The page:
The Consumer Council in Hong Kong recently released its research on its tests of processed meat snacks from the shelves and one snack stood out particularly – bak kwa from Singapore brand, Bee Cheng Hiang.
Bak kwa is a type of jerky that is salty-sweet and is a popular snack in Singapore, especially during Chinese New Year. And it doesn’t come cheap. Prices can start from S$24 for 250g of bak kwa.
The study in Hong Kong found potentially carcinogenic polycyclic aromatic hydrocarbon (PAHs) in 13 samples of different meat snacks, with the highest levels detected in Bee Cheng Hiang’s sliced beef bak kwa.
But don’t panic just yet! The Singapore Food Agency (SFA) did some assessments of its own and said that there is no health risk when consumed in moderation and “not in large quantities, on a regular basis”.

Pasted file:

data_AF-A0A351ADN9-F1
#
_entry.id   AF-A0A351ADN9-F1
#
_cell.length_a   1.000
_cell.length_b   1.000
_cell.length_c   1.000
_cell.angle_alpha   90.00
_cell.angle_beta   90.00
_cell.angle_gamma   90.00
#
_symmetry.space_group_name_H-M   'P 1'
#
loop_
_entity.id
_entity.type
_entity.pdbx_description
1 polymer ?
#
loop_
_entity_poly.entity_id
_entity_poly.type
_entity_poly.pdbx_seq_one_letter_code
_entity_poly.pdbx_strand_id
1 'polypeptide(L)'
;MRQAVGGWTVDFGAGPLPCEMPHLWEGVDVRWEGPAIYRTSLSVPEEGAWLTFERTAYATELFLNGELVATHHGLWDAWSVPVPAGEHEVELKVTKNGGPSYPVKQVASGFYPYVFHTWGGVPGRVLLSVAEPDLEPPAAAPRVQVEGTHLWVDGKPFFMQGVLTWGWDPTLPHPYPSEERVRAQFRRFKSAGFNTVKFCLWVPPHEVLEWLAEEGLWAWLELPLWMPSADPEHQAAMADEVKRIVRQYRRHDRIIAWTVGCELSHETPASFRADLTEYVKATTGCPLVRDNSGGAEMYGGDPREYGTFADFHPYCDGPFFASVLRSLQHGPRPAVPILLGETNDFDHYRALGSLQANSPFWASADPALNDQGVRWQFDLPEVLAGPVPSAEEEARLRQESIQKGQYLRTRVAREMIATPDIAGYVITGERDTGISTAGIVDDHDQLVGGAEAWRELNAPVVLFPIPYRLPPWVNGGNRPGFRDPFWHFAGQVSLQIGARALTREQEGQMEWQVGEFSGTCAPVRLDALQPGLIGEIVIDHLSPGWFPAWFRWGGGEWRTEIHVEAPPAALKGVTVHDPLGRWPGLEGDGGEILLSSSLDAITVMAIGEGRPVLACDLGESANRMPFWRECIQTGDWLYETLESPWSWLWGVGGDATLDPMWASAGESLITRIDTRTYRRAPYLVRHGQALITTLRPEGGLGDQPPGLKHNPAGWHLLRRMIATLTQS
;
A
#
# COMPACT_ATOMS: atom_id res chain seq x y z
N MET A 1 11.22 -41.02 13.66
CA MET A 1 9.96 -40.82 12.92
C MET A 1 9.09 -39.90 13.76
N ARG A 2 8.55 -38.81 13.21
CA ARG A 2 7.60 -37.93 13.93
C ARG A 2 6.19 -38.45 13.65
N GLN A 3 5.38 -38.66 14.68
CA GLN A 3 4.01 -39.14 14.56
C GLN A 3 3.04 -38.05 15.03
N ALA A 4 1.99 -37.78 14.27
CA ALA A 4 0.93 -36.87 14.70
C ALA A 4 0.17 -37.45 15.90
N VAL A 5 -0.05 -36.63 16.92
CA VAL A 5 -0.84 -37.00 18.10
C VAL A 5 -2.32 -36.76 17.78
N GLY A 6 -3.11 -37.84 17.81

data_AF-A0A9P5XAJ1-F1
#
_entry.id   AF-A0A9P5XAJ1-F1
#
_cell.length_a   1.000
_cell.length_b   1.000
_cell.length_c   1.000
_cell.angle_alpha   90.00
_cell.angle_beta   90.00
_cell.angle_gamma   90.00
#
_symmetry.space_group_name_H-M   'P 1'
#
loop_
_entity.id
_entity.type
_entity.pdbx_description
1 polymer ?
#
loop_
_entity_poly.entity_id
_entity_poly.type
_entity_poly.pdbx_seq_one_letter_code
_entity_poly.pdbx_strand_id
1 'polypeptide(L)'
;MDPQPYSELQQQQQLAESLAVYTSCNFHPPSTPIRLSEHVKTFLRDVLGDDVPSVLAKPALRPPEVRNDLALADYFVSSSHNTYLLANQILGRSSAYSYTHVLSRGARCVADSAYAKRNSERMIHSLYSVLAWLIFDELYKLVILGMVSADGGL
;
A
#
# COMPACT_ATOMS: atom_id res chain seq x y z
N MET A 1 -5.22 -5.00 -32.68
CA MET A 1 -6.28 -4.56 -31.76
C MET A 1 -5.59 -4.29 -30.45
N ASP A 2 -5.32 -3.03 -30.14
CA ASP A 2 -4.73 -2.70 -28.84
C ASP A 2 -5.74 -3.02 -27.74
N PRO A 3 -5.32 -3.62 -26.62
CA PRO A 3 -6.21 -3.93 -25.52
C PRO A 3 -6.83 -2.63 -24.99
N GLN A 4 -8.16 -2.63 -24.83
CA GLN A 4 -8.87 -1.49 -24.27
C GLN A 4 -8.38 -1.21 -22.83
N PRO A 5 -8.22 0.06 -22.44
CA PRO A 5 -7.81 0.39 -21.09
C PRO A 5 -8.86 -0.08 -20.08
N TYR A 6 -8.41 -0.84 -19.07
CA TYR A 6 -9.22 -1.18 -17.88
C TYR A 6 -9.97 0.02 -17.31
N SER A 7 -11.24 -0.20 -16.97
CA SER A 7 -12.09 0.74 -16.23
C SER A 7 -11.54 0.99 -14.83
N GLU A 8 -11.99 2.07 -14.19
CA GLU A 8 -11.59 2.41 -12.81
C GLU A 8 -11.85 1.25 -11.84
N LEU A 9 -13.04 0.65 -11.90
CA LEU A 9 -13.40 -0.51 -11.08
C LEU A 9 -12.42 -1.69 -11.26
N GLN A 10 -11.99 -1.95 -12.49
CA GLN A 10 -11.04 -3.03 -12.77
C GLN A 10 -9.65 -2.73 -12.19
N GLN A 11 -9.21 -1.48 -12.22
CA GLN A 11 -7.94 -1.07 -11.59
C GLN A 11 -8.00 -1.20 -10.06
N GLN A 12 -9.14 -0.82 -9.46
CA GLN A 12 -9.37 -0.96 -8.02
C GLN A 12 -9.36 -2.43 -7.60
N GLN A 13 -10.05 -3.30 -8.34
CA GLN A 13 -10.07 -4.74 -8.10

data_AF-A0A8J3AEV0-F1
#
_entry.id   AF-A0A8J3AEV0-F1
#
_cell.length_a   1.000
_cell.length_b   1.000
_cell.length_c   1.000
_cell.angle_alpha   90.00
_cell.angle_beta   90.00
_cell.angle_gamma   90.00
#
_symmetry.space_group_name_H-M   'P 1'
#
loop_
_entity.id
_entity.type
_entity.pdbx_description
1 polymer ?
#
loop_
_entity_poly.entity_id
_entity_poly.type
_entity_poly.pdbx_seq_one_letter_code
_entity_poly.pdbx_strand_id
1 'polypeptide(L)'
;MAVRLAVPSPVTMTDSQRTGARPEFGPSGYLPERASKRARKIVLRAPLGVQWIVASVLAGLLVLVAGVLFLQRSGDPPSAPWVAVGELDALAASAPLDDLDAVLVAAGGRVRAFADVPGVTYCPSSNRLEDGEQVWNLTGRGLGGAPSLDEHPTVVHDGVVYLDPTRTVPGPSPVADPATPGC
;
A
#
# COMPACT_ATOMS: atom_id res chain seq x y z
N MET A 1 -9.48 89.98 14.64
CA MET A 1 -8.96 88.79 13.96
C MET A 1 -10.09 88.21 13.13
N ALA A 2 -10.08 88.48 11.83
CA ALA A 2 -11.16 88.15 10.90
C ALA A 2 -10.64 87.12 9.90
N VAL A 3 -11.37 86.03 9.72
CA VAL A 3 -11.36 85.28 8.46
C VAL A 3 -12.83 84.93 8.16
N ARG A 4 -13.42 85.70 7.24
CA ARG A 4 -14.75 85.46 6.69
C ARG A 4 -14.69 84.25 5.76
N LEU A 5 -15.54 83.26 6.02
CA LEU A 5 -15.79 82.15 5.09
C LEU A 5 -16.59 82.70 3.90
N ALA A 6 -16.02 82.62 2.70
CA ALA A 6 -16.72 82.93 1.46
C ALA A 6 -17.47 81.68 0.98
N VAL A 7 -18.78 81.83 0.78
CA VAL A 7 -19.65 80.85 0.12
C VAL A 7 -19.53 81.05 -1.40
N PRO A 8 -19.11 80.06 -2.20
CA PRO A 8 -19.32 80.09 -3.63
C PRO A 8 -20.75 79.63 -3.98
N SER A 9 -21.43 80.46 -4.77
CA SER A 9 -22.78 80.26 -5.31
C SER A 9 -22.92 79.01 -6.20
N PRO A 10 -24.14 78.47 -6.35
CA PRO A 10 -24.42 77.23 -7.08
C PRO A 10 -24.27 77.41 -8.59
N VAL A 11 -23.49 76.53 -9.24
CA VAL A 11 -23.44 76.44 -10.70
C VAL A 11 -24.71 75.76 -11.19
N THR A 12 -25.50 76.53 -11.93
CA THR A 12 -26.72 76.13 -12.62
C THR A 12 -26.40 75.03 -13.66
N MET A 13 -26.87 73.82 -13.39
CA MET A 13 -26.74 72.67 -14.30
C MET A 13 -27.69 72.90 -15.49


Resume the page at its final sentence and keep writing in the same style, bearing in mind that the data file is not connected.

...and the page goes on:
According to the SFA, PAHs are formed in the cooking process – when meat is grilled or charred over an open flame and also when PAH particles which are found in smoke settle on the meat surface.
However, at 18.2 micrograms per kilogram, the level of PAHs in the Bee Cheng Hiang bak kwa exceeds the suggested European Union (EU) limit of 12 micrograms, according to the Hong Kong Consumer Council.
It is understood that Bee Cheng Hiang are aware of this report.
A spokesman for Bee Cheng Hiang told The Straits Times that the company was aware of the report but assured that the bak kwa produced at their outlets are in compliance with SFA’s food safety requirements and safe for consumption.
They added, “For consumers with a balanced and varied diet, this is no cause for concern.”
But in the words of the Spice Girls, too much of something is bad. Bak kwa, a processed meat product, is already generally high in fat and sugar content – throw in some carcinogens now and this snack is one for the bad books.
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